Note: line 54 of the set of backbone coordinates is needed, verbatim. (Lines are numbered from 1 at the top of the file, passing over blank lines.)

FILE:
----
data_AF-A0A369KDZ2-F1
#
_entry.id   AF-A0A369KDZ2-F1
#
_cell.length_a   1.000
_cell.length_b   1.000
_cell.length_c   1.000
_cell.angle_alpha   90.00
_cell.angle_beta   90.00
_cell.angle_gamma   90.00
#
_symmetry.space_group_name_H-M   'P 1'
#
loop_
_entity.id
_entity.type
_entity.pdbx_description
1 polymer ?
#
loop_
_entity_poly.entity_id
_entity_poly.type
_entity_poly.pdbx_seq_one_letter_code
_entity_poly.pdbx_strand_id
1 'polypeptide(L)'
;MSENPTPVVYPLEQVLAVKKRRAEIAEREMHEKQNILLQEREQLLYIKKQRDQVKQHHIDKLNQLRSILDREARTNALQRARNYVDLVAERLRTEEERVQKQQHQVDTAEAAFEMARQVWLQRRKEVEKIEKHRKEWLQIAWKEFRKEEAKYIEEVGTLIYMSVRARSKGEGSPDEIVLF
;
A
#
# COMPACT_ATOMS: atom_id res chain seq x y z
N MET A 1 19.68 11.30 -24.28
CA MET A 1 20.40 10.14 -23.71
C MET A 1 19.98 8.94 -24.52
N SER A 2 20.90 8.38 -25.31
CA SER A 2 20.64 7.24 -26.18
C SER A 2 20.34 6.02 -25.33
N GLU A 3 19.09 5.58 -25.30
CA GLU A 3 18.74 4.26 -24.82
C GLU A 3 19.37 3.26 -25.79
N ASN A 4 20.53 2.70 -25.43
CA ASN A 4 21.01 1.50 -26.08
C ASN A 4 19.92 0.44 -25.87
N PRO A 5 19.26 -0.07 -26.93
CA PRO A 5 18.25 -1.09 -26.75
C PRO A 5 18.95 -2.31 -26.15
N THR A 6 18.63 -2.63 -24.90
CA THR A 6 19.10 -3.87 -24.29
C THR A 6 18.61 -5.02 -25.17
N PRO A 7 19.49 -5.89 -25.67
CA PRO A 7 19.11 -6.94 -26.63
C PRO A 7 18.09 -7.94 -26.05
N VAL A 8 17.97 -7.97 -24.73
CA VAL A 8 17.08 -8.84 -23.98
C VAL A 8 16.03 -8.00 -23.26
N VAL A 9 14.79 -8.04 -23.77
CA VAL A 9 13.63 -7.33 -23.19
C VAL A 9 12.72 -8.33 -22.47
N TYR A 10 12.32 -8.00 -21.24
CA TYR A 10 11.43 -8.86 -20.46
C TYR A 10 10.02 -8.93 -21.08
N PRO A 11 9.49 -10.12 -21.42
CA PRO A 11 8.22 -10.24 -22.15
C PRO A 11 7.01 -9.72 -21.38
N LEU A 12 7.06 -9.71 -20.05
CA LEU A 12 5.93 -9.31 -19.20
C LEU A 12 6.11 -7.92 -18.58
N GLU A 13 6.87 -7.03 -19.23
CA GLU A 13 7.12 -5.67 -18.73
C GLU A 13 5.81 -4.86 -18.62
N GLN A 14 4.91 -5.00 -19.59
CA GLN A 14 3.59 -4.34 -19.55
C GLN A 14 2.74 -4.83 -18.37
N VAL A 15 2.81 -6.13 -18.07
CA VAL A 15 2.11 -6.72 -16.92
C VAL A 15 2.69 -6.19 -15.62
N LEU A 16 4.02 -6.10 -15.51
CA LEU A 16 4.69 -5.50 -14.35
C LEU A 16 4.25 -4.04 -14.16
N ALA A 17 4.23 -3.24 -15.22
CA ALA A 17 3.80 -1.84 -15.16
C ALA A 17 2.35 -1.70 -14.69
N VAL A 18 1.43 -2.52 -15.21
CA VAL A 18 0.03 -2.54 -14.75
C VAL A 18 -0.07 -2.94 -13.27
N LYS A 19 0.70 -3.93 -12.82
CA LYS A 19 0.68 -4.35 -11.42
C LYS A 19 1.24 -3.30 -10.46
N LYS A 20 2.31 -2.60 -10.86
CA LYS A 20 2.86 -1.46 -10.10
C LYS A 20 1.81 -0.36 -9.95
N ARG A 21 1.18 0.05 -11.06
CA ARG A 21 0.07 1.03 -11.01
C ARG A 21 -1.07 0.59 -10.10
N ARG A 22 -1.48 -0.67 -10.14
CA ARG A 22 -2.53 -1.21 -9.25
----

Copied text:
C VAL A 8 16.03 -8.00 -23.26